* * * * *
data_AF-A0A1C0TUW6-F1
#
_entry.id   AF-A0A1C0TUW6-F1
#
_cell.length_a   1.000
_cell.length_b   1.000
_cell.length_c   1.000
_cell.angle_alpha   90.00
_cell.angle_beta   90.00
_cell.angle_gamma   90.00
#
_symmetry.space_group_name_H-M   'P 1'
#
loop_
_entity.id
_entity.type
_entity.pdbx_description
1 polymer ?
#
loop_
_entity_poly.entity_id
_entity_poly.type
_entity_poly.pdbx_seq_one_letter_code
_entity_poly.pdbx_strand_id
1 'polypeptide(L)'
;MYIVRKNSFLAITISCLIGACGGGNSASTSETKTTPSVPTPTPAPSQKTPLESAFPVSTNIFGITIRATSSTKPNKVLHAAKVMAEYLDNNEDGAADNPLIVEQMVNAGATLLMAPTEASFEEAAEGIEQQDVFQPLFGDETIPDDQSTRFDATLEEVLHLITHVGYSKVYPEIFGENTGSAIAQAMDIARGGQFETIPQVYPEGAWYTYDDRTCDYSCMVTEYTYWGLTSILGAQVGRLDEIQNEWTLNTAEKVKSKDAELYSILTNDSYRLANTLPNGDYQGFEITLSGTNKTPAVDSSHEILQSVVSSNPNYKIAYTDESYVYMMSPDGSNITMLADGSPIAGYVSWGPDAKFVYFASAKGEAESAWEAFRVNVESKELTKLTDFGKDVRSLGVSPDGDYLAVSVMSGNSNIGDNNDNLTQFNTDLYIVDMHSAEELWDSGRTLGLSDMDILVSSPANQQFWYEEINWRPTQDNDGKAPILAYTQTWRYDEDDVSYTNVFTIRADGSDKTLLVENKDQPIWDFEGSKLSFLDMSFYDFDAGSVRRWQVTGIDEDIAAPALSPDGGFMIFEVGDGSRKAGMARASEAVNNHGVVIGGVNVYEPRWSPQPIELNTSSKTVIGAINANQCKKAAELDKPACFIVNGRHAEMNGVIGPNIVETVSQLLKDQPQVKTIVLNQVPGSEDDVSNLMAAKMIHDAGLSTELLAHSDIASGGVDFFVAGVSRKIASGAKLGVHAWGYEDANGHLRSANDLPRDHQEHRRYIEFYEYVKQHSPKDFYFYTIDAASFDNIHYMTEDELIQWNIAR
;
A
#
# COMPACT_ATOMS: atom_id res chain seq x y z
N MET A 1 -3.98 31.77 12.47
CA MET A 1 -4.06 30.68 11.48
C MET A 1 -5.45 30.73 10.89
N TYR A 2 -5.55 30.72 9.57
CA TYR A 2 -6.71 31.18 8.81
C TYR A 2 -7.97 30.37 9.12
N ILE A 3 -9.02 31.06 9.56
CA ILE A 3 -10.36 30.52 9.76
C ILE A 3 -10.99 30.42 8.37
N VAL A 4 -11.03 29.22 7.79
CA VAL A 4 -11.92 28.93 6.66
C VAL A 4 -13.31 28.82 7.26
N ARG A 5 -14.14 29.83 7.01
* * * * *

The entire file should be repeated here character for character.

data_AF-A0A1C0TUW6-F1
#
_entry.id   AF-A0A1C0TUW6-F1
#
_cell.length_a   1.000
_cell.length_b   1.000
_cell.length_c   1.000
_cell.angle_alpha   90.00
_cell.angle_beta   90.00
_cell.angle_gamma   90.00
#
_symmetry.space_group_name_H-M   'P 1'
#
loop_
_entity.id
_entity.type
_entity.pdbx_description
1 polymer ?
#
loop_
_entity_poly.entity_id
_entity_poly.type
_entity_poly.pdbx_seq_one_letter_code
_entity_poly.pdbx_strand_id
1 'polypeptide(L)'
;MYIVRKNSFLAITISCLIGACGGGNSASTSETKTTPSVPTPTPAPSQKTPLESAFPVSTNIFGITIRATSSTKPNKVLHAAKVMAEYLDNNEDGAADNPLIVEQMVNAGATLLMAPTEASFEEAAEGIEQQDVFQPLFGDETIPDDQSTRFDATLEEVLHLITHVGYSKVYPEIFGENTGSAIAQAMDIARGGQFETIPQVYPEGAWYTYDDRTCDYSCMVTEYTYWGLTSILGAQVGRLDEIQNEWTLNTAEKVKSKDAELYSILTNDSYRLANTLPNGDYQGFEITLSGTNKTPAVDSSHEILQSVVSSNPNYKIAYTDESYVYMMSPDGSNITMLADGSPIAGYVSWGPDAKFVYFASAKGEAESAWEAFRVNVESKELTKLTDFGKDVRSLGVSPDGDYLAVSVMSGNSNIGDNNDNLTQFNTDLYIVDMHSAEELWDSGRTLGLSDMDILVSSPANQQFWYEEINWRPTQDNDGKAPILAYTQTWRYDEDDVSYTNVFTIRADGSDKTLLVENKDQPIWDFEGSKLSFLDMSFYDFDAGSVRRWQVTGIDEDIAAPALSPDGGFMIFEVGDGSRKAGMARASEAVNNHGVVIGGVNVYEPRWSPQPIELNTSSKTVIGAINANQCKKAAELDKPACFIVNGRHAEMNGVIGPNIVETVSQLLKDQPQVKTIVLNQVPGSEDDVSNLMAAKMIHDAGLSTELLAHSDIASGGVDFFVAGVSRKIASGAKLGVHAWGYEDANGHLRSANDLPRDHQEHRRYIEFYEYVKQHSPKDFYFYTIDAASFDNIHYMTEDELIQWNIAR
;
A
#
# COMPACT_ATOMS: atom_id res chain seq x y z
N MET A 1 -3.98 31.77 12.47
CA MET A 1 -4.06 30.68 11.48
C MET A 1 -5.45 30.73 10.89
N TYR A 2 -5.55 30.72 9.57
CA TYR A 2 -6.71 31.18 8.81
C TYR A 2 -7.97 30.37 9.12
N ILE A 3 -9.02 31.06 9.56
CA ILE A 3 -10.36 30.52 9.76
C ILE A 3 -10.99 30.42 8.37
N VAL A 4 -11.03 29.22 7.79
CA VAL A 4 -11.92 28.93 6.66
C VAL A 4 -13.31 28.82 7.26
N ARG A 5 -14.14 29.83 7.01